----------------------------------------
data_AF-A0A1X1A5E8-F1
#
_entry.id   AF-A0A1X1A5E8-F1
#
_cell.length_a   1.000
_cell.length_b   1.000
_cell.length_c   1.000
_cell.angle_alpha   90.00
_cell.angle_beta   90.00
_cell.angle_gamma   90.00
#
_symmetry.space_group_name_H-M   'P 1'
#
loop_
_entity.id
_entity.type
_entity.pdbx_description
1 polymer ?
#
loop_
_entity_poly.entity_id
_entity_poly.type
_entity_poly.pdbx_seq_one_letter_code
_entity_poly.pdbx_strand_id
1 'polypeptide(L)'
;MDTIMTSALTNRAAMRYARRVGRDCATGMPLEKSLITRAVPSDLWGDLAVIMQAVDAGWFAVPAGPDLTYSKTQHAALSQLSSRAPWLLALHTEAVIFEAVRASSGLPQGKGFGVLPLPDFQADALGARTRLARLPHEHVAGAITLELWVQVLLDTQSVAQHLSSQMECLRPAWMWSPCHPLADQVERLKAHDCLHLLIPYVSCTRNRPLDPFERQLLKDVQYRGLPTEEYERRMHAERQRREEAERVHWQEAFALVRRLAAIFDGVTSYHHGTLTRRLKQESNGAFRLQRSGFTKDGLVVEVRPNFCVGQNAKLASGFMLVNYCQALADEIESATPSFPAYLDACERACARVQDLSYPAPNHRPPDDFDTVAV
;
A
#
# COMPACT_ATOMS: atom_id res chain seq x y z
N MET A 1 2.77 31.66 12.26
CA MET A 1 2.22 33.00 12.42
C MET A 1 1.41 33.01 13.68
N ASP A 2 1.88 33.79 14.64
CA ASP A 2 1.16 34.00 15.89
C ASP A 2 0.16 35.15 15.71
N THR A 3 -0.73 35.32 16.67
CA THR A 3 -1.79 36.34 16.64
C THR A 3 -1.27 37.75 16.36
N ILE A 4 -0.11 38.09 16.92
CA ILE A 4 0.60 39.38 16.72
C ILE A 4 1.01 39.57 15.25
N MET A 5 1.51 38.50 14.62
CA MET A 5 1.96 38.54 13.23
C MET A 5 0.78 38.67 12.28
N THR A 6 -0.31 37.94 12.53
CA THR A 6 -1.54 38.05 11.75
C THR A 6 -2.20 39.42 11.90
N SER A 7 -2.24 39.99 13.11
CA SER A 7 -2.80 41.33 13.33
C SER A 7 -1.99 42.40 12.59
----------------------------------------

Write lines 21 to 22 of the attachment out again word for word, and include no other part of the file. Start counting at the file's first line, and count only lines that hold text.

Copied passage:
_entity_poly.entity_id
_entity_poly.type